Peter reminds us that we do not need to fear the world and what it can do to us, because we have a blessing that the world cannot take away—namely the forgiveness given to us by Jesus Christ and the presence of the Holy Spirit in our lives. No matter what the world does to us, we are blessed.

The problem is that many of us are much more concerned about our position in society than our position in eternity. Listen to what one commentator wrote as he reflected on this passage.

‎If people’s hearts are set on earthly things, possessions, happiness, pleasure, an easy life and comfort, they are of all people most vulnerable. For, in the nature of things, they may lose these things at any moment. Such people are desperately easily hurt. On the other hand, if they give to Jesus Christ the unique place in their lives, the most precious thing for them is their relationship to God, and nothing can take that from them. Therefore, they are completely secure.

So, even in suffering, Christians are still blessed.[1]

Peter tells us that we can feel secure even in the midst of persecution if our priorities are straight. If we put Christ first, then we have nothing to fear from the world. That is exactly what he says at the beginning of verse 15: we should make Jesus Christ Lord. That means that we should cling to him first and foremost—and that no matter what else we are facing, nothing should distract us from following Him.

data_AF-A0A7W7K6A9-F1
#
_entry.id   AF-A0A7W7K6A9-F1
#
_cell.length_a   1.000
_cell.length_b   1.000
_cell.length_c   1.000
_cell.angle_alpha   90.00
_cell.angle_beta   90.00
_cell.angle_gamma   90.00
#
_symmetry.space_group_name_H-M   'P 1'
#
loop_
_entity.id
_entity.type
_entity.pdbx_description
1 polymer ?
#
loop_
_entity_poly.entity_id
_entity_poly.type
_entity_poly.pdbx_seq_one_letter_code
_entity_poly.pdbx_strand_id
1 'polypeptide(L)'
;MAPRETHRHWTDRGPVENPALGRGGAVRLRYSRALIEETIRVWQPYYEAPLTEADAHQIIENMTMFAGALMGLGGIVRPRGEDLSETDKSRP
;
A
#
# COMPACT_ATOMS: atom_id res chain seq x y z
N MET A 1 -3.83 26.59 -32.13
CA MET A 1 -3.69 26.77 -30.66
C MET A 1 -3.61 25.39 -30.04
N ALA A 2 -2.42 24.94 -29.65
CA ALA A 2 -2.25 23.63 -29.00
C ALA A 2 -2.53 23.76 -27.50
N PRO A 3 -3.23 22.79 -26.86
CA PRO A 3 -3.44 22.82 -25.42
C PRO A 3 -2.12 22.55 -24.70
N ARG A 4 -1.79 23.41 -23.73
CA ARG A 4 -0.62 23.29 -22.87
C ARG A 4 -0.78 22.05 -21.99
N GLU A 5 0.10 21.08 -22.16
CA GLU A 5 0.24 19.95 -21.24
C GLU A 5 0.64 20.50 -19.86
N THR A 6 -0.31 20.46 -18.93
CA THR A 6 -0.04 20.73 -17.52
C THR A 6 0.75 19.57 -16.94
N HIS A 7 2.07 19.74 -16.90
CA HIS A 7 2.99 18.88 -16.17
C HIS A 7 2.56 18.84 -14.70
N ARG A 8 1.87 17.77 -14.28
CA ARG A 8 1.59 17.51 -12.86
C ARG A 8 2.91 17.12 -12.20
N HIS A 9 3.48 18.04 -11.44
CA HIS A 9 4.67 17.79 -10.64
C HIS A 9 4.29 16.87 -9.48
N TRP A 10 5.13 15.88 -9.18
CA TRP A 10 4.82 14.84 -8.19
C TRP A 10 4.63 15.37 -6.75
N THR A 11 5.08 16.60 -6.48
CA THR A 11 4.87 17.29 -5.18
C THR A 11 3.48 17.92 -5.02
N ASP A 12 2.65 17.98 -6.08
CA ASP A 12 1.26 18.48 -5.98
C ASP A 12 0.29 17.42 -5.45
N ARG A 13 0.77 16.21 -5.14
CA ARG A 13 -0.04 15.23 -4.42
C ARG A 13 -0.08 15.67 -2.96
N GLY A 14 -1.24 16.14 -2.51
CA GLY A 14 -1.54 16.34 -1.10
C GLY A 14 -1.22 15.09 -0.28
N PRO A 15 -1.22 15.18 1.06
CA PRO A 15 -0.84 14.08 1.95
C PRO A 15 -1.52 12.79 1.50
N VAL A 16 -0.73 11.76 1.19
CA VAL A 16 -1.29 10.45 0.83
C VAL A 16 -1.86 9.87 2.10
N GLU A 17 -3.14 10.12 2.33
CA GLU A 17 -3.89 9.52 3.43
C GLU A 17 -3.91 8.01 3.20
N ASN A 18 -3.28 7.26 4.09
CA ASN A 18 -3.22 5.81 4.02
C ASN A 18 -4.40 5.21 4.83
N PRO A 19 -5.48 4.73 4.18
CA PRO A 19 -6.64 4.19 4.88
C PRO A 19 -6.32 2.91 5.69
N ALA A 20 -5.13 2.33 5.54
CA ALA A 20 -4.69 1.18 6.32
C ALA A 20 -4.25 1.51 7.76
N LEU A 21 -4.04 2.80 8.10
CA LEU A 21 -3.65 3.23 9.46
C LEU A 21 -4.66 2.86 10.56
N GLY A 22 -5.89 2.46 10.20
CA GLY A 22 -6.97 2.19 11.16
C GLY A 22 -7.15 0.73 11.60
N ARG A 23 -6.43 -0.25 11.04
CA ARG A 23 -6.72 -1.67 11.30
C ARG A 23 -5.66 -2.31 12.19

Let me flesh out what this looks like.

  • It means that we view everything we have as His: our money, our job, our time, and our energy. We must remember that even if these things are taken from us, they weren’t really ours in the first place.
  • It means that we trust in Him for our future. We do not have confidence for the future because of our talents or because of our sound financial planning, but because we know that God has promised to take care of us.
  • It means that we view God’s Word as authoritative. We must be people who believe what God has told us more than we believe the things that we are told by modern science, the culture at large, or the so-called experts of the day.
  • It means we choose to obey God even when it feels unnatural or we don’t understand because we have learned to trust His wisdom. If we truly believe what God tells us, we will live it out in our lives. We will seek to do what the Bible tells us, even when it feels unnatural or we don’t fully understand why.
  • It means that we recognize that God sets the agenda, not us. We must constantly be asking what God wants of us, rather than asking God to do what we want.

Admittedly, this is a tall order. As we look at a list like this, we are overwhelmed, but this is what it looks like to set apart Christ as the Lord of our lives. Fortunately, we do not have to do this in our own strength (and we cannot do it in our own strength), but we must constantly rely on the Holy Spirit living within us in order to live this way.